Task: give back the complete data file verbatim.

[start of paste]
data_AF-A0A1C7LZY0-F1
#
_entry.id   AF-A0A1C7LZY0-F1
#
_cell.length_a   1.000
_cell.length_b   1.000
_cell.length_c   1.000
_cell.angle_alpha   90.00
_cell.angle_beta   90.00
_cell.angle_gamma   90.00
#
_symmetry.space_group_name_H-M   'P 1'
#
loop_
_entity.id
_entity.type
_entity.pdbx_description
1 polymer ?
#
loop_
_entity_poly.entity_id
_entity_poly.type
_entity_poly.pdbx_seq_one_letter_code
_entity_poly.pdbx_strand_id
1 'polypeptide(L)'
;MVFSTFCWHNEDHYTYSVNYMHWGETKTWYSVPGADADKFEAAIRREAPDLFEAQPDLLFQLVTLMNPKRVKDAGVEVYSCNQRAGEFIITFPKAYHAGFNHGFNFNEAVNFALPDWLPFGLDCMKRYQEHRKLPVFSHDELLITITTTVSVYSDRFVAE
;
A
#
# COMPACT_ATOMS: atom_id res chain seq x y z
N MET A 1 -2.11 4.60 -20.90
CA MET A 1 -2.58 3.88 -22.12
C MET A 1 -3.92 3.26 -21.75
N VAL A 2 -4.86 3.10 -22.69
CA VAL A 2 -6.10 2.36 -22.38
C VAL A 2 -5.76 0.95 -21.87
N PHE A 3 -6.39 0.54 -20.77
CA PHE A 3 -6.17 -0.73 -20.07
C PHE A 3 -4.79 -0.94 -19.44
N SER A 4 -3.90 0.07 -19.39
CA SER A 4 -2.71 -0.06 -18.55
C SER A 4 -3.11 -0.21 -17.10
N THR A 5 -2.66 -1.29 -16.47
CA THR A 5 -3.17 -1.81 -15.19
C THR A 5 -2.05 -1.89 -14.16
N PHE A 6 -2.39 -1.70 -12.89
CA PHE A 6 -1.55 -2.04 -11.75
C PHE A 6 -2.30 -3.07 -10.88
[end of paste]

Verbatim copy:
data_AF-A0A1C7LZY0-F1
#
_entry.id   AF-A0A1C7LZY0-F1
#
_cell.length_a   1.000
_cell.length_b   1.000
_cell.length_c   1.000
_cell.angle_alpha   90.00
_cell.angle_beta   90.00
_cell.angle_gamma   90.00
#
_symmetry.space_group_name_H-M   'P 1'
#
loop_
_entity.id
_entity.type
_entity.pdbx_description
1 polymer ?
#
loop_
_entity_poly.entity_id
_entity_poly.type
_entity_poly.pdbx_seq_one_letter_code
_entity_poly.pdbx_strand_id
1 'polypeptide(L)'
;MVFSTFCWHNEDHYTYSVNYMHWGETKTWYSVPGADADKFEAAIRREAPDLFEAQPDLLFQLVTLMNPKRVKDAGVEVYSCNQRAGEFIITFPKAYHAGFNHGFNFNEAVNFALPDWLPFGLDCMKRYQEHRKLPVFSHDELLITITTTVSVYSDRFVAE
;
A
#
# COMPACT_ATOMS: atom_id res chain seq x y z
N MET A 1 -2.11 4.60 -20.90
CA MET A 1 -2.58 3.88 -22.12
C MET A 1 -3.92 3.26 -21.75
N VAL A 2 -4.86 3.10 -22.69
CA VAL A 2 -6.10 2.36 -22.38
C VAL A 2 -5.76 0.95 -21.87
N PHE A 3 -6.39 0.54 -20.77
CA PHE A 3 -6.17 -0.73 -20.07
C PHE A 3 -4.79 -0.94 -19.44
N SER A 4 -3.90 0.07 -19.39
CA SER A 4 -2.71 -0.06 -18.55
C SER A 4 -3.11 -0.21 -17.10
N THR A 5 -2.66 -1.29 -16.47
CA THR A 5 -3.17 -1.81 -15.19
C THR A 5 -2.05 -1.89 -14.16
N PHE A 6 -2.39 -1.70 -12.89
CA PHE A 6 -1.55 -2.04 -11.75
C PHE A 6 -2.30 -3.07 -10.88